Necessity is the mother of all invention, as the saying goes. Solving the challenge of feeding the masses has plagued humanity for eons. Food production, dependent on water, proper nutrients, and sunlight (or at least UV light) is evolving to support smart growth in cities, rural communities, and new urban neighbourhoods.
The World Bank’s projections for global population growth is expected to reach 9.7 billion by 2050; with the majority of the population concentrated in major urban cities.
The food industry is developing new technologies to grow in limited spaces, with less resources, such as water. Indoor farms, or warehouses utilizing LED lighting, and growth techniques that aeroponically (plant root suspension techniques using spray nutrients and oxygen) produce fast green plants, arugula, kale, spinach, lettuce, etc., are increasing food production.
Whole Foods Foundation, Whole Planet is developing concepts and practices to bring urban and city populations together, providing micro financing to farmers; helping to solve the food crisis worldwide.
A new Penn State Study, published in February 2017 states; “ In the coming decades, agriculture will be called upon to both feed people and ensure a healthy environment,” said Hunter. “Right now, the narrative in agriculture is really out of balance, with compelling goals for food production but no clear sense of the progress we need to make on the environment. To get the agriculture we want in 2050, we need quantitative targets for both food production and environmental impacts.”
Drought and flooding create many challenges and financial liabilities for farmers and food manufacturers; climate change, according to studies, has greatly impacted productivity in many agricultural regions. Although the Penn State study points to needing only 25 percent greater food production to feed the global population by 2050, verses previous statistics at 50 percent, factoring climate change conditions could have an impact on the study’s findings.
People are relocating to cities and moving out of rural areas (China especially) creating more challenges for providing food supplies to millions of people, who live hundreds of miles from the nearest local agricultural centers. This has become a major hindrance for city and urban dwellers. Local farmer’s markets have become even more popular in many regions; and provide an abundant variety of fresh and organic resource for many cities.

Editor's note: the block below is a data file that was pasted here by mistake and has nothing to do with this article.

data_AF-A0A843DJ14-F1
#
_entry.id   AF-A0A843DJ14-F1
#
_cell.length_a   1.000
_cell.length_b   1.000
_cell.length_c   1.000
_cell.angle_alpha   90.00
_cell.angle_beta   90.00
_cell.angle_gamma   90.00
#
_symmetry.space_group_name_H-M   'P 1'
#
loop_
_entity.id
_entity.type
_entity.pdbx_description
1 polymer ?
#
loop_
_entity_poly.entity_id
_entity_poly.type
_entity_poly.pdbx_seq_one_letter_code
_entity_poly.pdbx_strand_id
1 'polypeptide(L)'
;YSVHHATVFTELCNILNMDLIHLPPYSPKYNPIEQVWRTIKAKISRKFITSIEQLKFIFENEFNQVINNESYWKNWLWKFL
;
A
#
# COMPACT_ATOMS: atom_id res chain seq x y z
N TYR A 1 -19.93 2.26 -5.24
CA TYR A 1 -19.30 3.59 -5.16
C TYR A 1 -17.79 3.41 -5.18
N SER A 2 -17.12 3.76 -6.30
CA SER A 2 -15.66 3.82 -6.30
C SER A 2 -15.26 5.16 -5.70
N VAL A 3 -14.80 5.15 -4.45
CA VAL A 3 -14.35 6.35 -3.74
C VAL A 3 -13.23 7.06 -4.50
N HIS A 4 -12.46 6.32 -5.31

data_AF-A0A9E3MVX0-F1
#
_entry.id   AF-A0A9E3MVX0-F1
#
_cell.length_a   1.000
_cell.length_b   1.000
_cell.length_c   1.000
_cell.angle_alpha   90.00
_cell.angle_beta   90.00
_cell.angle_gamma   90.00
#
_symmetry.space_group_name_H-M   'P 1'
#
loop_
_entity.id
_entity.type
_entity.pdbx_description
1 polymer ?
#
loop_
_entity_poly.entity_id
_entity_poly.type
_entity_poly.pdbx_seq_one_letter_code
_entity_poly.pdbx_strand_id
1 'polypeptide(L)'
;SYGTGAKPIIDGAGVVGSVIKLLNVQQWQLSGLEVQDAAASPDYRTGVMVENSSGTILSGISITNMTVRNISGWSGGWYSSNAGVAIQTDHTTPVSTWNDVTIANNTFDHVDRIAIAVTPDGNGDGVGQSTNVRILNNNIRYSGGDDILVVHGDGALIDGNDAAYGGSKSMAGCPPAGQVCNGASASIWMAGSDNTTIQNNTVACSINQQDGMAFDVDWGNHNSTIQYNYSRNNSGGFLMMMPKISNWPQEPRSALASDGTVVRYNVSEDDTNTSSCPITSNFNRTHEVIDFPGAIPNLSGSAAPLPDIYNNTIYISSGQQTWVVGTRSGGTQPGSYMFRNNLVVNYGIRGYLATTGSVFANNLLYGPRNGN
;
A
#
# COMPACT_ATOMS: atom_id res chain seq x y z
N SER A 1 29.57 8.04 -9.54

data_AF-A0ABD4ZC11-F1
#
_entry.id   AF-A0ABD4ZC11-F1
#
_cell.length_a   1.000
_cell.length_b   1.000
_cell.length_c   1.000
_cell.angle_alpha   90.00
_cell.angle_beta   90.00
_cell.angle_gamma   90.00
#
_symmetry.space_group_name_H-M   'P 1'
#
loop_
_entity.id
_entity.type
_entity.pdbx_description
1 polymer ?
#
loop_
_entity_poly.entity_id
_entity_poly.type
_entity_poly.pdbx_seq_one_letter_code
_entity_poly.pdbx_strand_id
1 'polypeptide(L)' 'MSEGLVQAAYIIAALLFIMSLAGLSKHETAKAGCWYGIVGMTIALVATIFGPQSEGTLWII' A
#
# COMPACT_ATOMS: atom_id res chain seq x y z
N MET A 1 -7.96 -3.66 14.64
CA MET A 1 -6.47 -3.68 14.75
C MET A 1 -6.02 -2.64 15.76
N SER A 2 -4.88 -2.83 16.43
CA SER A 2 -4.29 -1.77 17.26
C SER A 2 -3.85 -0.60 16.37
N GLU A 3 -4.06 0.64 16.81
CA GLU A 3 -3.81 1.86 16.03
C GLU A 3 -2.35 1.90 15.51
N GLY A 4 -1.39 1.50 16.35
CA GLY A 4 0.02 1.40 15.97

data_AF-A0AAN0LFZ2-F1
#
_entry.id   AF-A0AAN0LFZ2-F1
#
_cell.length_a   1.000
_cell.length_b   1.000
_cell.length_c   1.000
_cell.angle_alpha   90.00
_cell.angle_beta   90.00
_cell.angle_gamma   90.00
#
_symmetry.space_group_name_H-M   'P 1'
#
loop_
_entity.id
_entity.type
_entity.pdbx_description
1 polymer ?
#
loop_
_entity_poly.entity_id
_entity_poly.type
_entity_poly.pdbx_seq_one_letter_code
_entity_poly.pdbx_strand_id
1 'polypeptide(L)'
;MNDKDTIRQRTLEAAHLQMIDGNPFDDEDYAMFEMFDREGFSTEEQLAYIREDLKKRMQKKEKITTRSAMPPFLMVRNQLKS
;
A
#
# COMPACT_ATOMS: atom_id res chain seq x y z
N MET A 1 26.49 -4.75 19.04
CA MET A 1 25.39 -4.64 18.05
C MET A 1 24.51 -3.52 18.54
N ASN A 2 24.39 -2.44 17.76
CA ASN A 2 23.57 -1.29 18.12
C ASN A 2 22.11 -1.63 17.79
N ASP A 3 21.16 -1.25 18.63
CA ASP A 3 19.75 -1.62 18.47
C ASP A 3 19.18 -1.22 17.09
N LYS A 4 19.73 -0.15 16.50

Vertical farming, integrating densely planted crops in factories, is fast becoming a more viable economic model due to inclement weather patterns, disease, insecticides, water shortages and the cost of electricity and seed. But what impact will we experience nutritionally; and are we sacrificing taste, texture, and the experience of dining all together?
Let’s face it – for the baby boomers at least – most food tasted better when we were kids, before heavily processed and chemically laden foods were adopted. Today, a strawberry bought from our local or regional grocery store doesn’t necessarily taste like a strawberry, often it has little taste at all. Processed food has become the norm, with over 90 percent of the grocery stores carrying products laden with chemicals and preservatives.
Most grocery store chains and food manufacturers first agenda is to keep their shareholders happy with higher profits. Extending the shelf life and keeping food fresh, often harvesting before the harvest is fully ripe; and even gassing the produce and meats with chemicals to improve profit margins, has become common practice.
So, what is the possible solution to offset the challenges of feeding our families and communities? Green building should take in consideration more than the building’s energy performance. Design considerations should be incorporated for individual families and communities to produce and supplement their own food needs sustainably. Is it possible the high-performance building industry could incorporate food production in their design process?
Here’s some resources on sustainable individual and community gardens to do your own research:
Tips for Sustainable Gardening – Best Practices and Principles
Vertical Gardens – Small Spaces, Apartments
Greenhouses & More – Residential, Commercial
May Food Policy Round-Up: Obama Talks Agriculture, Sonny Perdue Gets Busy, and More
Modern Farmer: By Brian Barth
In one of his first public appearances since vacating the White House, Barack Obama stood before a crowd in Milan today and spoke on a topic he rarely touched as president: farming. While some media outlets were quick to comment on his tieless, unbuttoned shirt—not just one, but two buttons were undone (GQ scolded him for a “skin-to-seriousness ratio” more suited to Fabio than a former president)—we thought you’d be more interested in what he had to say about food policy. Read more…